• Freshwater Fish Biogeography In The Bering Glacier Region, Alaska

      Weigner, Heidi L.; Hippel, Frank von; Hundertmark, Kris; Lopez, Andres; Pfeiffer, David (2012)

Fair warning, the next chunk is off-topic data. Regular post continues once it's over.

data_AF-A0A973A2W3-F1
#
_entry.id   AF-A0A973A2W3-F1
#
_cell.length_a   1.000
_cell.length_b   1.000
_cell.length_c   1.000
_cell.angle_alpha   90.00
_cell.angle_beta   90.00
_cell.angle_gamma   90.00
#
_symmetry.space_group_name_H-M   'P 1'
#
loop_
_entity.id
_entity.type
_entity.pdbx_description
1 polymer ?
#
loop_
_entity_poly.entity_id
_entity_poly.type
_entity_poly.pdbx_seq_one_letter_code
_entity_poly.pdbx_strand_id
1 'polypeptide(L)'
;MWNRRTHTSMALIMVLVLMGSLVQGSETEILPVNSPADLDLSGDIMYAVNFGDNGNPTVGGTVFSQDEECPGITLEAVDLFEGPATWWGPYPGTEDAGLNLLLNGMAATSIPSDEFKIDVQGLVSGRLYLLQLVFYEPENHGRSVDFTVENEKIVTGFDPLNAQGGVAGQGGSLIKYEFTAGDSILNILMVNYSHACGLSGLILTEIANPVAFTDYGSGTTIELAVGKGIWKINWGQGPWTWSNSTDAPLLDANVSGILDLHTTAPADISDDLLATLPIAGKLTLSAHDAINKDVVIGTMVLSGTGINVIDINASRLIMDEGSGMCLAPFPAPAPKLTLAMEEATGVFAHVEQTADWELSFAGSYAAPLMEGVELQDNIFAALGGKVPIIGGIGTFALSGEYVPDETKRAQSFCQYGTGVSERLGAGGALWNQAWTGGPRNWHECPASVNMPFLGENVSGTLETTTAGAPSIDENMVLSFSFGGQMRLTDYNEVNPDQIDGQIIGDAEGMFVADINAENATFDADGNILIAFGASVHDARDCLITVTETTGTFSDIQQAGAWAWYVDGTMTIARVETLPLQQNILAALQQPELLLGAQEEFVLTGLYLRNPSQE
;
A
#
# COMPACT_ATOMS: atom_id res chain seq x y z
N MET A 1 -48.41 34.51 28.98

Bering Glacier, Alaska, is Earth's largest surging glacier, with surges occurring approximately every 20-30 years since 1900. Surges and subsequent retreats lead to a dynamic environment for aquatic communities, as glacial ice over-rides landscapes and new habitats form during glacial retreat. Lands around Bering Glacier are administered by the State of Alaska and the U.S. Bureau of Land Management (BLM). Purposes of this study are to characterize fish communities and provide information relevant to their management for BLM. Given Bering Glacier's remoteness, little information exists regarding its fish communities. Fish were collected over five summer field seasons (2002-2006), with 10 fish species collected in 80 lakes and streams. Results indicate that Dolly Varden (Salvelinus malma), threespine stickleback ( Gasterosteus aculeatus), prickly sculpin (Coitus asper), and coho salmon (Oncorhynchus kisutch) are first to colonize new habitat after glacial retreat. Ten locations with sympatric populations of anadromous and resident freshwater threespine stickleback were found. Geometric morphometrics and genetic analyses were conducted on these species pairs to test hypotheses regarding their formation. Possible origins include sympatric speciation, double invasion of anadromous fish, and independent colonization by resident freshwater fish from pre-existing lakes and streams along with anadromous fish. Body shape analyses of anadromous vs. resident freshwater stickleback supported the independent colonization hypothesis, because of a lack of body shape co-variation between groups, a lack of correlation of geometric morphometric variables with site age, and few fish with intermediate body shape at each site. Origin hypotheses were tested by use of the frequency of the Euro-North American Clade (ENAC) vs. the Trans North Pacific Clade (TNPC) in the mtDNA as well as sequence divergence of a portion of the mtDNA gene NADH2. A greater proportion of TNPC fish exist in resident freshwater populations at all sites, supporting the independent colonization hypothesis. The NADH2 sequence data did not help to clarify the origins. Future research at Bering Glacier should examine broader scale sequence divergence in genomes of stickleback and other colonizing fishes to advance the understanding of contemporary evolution and management implications in this newly formed aquatic landscape.